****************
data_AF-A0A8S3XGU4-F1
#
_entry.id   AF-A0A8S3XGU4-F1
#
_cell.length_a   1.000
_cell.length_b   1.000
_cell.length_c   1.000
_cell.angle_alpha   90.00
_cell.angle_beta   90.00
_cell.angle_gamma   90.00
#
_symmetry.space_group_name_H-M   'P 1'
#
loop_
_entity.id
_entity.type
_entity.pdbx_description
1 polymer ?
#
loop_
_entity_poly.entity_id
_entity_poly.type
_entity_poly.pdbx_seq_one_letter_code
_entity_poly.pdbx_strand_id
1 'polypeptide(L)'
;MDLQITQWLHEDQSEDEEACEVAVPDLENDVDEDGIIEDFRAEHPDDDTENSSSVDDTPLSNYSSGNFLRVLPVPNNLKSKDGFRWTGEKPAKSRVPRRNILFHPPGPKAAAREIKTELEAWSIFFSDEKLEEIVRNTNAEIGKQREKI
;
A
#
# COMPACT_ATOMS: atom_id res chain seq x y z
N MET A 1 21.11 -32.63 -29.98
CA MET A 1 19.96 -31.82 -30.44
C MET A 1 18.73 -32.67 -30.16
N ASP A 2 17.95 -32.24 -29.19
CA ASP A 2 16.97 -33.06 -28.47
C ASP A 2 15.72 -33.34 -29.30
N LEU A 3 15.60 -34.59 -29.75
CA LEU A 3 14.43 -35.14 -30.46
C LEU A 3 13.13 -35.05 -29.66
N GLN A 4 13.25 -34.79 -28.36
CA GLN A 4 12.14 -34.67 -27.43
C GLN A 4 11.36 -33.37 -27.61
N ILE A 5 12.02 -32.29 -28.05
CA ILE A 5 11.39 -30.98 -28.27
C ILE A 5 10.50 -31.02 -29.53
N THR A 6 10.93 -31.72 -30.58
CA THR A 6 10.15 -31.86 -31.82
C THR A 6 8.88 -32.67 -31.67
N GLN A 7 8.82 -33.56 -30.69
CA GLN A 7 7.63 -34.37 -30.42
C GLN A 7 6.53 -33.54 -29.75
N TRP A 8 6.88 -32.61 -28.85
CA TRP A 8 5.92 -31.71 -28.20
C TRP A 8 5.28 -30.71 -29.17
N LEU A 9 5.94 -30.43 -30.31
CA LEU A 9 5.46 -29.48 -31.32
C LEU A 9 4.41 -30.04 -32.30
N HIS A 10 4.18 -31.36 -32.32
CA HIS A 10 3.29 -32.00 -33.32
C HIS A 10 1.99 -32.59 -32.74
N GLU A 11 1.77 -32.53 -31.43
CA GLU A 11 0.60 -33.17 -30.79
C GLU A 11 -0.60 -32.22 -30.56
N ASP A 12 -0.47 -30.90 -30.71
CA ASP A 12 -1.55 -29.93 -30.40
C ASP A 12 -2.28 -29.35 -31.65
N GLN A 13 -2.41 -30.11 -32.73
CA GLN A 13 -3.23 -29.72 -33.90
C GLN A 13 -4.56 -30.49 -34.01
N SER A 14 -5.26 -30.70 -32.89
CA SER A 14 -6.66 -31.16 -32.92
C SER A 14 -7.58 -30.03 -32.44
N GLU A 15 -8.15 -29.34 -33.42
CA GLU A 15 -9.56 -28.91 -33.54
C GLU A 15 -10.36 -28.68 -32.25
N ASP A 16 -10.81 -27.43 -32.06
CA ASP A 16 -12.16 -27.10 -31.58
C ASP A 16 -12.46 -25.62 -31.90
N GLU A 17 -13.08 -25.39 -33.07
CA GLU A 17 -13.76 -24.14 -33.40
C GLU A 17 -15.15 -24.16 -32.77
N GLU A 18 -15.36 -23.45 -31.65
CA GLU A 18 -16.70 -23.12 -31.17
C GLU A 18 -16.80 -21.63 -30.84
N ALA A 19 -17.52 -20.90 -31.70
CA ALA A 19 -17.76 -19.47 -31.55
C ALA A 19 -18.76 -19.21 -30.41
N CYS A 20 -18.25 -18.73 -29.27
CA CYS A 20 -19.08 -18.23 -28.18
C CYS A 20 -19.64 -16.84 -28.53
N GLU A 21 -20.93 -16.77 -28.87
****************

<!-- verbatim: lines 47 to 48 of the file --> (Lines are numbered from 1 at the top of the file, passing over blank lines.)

CA THR A 6 10.15 -31.86 -31.82
C THR A 6 8.88 -32.67 -31.67